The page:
Theme Name: My First Theme
Theme URI:
Description: My first theme I created in WordPress.
Author: Kevin Dench
Author URI:
Version: 1.0
Tags: responsive, WordPress, And, Other, Tags

License: Attribution-ShareAlike 3.0 Unported (CC BY-SA 3.0)
License URI:

This theme uses the  framework licensed under . 

So what this buys us is when WordPress is parsing the themes directory to see if there are new editions, it will read the CSS file in the root of your theme to get the information like the Theme Name, the link, the description, who made it and the tags. All this information will be available when you go to Appearance > Themes on the dashboard. However, if you’re using a css pre-processor, make sure to compile your css file into the root and compile it with the name of style.css it should be called by that name for WordPress to Recognize it.

Next you need a screenshot of your mock-up or anything you want really. Rename that as screenshot.png making sure it is a png, and put it in the root of your theme. Now you’re ready to activate your theme.

Step Four

Activate your theme, go to your WordPress dashboard and go to Appearance > Themes and if everything went well you’ll see your theme and screenshot there. Of course this is an empty shell, but that’s okay.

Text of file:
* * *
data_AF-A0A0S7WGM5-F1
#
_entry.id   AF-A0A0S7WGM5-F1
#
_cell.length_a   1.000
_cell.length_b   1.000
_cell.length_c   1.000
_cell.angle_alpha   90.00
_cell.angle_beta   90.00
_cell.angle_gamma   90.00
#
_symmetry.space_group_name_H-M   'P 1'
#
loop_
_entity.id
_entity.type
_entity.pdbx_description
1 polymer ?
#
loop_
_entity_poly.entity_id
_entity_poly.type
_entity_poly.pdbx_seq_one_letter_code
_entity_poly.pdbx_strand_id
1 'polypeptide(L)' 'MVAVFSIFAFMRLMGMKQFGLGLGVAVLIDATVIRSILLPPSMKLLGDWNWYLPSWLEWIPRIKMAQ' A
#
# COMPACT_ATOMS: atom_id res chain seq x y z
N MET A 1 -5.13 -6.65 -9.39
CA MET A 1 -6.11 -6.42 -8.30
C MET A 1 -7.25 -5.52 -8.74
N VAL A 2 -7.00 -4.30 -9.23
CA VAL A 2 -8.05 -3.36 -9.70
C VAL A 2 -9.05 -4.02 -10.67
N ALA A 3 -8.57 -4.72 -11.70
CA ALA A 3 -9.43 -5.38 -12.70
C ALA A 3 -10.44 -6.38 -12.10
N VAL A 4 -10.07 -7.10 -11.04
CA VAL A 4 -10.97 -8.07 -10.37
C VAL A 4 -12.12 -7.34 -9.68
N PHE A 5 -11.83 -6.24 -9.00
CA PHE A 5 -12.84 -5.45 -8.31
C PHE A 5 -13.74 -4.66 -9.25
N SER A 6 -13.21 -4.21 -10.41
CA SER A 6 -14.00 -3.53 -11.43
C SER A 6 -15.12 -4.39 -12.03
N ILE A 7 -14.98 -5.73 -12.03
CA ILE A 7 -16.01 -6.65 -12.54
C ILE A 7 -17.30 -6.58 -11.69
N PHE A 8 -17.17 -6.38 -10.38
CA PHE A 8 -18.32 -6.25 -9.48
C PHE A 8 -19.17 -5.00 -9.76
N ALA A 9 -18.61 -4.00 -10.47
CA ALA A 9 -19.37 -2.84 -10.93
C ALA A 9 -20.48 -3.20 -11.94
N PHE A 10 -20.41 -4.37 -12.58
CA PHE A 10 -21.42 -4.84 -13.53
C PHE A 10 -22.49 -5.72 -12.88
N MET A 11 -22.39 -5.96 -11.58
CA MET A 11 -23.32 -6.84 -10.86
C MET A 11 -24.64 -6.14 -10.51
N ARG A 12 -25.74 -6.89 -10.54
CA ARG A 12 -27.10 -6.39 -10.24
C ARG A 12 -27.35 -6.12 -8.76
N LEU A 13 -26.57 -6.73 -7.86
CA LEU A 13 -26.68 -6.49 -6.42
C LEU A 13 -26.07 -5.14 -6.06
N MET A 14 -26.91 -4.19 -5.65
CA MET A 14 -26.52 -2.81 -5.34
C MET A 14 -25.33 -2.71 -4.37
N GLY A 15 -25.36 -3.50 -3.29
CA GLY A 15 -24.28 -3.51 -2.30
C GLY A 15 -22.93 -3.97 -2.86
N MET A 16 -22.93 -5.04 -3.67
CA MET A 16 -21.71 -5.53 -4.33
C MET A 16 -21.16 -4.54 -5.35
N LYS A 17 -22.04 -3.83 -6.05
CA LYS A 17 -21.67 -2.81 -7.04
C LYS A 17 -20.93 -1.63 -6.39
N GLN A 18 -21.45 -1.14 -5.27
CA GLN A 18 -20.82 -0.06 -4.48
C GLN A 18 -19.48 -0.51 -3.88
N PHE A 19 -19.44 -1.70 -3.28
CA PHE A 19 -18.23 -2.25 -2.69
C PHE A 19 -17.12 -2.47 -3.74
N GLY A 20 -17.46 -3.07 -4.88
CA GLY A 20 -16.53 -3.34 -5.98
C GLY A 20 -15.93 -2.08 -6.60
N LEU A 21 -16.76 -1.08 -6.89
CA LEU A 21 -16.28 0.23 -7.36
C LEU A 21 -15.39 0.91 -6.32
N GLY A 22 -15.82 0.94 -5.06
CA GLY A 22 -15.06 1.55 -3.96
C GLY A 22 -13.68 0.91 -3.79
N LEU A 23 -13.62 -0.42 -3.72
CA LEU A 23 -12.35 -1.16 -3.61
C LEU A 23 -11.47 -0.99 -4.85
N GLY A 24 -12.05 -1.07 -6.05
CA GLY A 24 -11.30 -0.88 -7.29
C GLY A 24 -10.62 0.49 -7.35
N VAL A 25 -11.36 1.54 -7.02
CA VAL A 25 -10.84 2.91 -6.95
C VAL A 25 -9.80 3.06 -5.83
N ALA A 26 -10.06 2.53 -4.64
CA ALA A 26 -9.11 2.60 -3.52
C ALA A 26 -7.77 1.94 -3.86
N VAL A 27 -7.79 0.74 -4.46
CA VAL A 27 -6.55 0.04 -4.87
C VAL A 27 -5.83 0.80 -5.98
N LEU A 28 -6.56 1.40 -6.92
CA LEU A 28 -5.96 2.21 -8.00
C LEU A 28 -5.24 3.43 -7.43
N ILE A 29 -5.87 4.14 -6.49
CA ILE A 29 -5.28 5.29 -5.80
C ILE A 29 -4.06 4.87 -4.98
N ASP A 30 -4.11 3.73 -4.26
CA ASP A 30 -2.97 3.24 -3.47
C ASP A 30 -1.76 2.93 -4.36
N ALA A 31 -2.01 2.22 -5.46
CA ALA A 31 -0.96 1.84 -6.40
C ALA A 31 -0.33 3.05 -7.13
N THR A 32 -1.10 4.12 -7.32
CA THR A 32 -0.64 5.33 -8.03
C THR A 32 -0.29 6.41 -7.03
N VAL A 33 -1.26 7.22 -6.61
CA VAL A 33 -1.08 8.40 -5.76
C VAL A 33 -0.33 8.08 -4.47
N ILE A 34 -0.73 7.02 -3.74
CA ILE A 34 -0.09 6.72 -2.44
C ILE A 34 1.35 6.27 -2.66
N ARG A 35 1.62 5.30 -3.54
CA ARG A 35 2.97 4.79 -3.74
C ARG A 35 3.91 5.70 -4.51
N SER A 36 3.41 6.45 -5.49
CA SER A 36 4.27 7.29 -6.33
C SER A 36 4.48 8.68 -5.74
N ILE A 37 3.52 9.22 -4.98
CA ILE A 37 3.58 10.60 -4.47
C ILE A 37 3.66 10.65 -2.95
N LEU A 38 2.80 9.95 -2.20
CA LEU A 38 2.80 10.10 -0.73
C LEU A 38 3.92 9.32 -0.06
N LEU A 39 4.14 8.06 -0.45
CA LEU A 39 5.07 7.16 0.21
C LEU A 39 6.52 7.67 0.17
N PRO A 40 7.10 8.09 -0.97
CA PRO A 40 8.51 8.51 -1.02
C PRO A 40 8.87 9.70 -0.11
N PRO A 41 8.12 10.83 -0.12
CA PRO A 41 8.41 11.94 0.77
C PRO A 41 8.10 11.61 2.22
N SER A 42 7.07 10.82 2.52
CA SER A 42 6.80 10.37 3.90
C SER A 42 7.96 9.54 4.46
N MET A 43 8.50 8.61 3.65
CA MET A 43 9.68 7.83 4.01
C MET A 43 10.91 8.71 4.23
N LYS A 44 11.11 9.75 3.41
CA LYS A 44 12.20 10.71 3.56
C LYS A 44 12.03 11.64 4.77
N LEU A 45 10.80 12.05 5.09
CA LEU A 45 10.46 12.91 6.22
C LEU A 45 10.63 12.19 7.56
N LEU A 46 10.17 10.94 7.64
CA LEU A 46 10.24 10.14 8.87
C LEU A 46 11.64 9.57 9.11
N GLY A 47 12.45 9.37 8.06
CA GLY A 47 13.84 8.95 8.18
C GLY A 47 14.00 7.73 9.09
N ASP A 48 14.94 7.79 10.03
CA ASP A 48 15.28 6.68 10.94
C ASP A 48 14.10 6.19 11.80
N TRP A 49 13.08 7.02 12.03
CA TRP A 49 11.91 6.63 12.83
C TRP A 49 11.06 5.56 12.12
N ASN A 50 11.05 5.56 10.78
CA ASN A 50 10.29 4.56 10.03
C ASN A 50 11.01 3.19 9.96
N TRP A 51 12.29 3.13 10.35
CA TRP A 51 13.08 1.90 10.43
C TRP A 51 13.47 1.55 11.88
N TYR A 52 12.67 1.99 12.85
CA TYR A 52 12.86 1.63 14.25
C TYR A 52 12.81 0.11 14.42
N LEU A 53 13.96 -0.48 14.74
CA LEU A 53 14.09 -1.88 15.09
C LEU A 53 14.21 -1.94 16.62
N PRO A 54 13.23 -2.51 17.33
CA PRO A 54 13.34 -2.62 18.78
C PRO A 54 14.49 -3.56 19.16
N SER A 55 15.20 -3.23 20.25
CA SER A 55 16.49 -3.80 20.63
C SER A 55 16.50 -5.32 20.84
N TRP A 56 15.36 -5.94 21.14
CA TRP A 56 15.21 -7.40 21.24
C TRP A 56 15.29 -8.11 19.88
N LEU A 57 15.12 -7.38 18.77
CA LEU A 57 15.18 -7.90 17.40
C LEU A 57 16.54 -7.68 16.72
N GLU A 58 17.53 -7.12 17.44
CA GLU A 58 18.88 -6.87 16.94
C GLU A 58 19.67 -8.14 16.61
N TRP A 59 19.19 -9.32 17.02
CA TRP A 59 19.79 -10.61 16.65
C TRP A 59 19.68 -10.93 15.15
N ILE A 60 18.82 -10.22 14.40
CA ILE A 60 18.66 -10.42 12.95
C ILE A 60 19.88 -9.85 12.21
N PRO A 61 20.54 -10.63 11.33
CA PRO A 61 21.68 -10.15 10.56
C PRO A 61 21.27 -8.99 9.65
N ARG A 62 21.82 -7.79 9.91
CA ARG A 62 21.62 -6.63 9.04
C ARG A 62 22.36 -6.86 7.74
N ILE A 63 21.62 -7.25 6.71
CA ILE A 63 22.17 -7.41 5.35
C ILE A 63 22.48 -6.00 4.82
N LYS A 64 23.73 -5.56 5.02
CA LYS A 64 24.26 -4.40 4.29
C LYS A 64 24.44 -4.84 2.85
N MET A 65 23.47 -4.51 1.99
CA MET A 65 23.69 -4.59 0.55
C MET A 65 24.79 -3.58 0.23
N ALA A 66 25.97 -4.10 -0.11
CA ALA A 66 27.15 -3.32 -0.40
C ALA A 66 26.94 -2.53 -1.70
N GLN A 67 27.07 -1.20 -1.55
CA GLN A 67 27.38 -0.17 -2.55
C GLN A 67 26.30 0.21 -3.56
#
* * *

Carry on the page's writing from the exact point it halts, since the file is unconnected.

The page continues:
Next you want to go to the Pages > Add New and name the page “Home” publish it, and go to Settings > Reading and under “Font Page Displays as” change it to a “Static Page” and next to the “Front Page” label you’ll select your new Home page from the drop down. There isn’t anything available yet to test, so let’s make something.

Step Five

You will need to create 7 new files, I will describe their roles in the template hierarchy briefly:

The Index File: index.php
WordPress will serve this page if there are no other pages to serve
The Page File: page.php
WordPress will first check for a custom template file like a page template assigned to the page, then it checks for page-{slug}.php if the slug is products it would be page-products.php. Then it checks for the page-{ID}.php, and if it doesn’t find that it looks for page.php. If WordPress can’t find that, it looks for singular.php and finally the index.php page.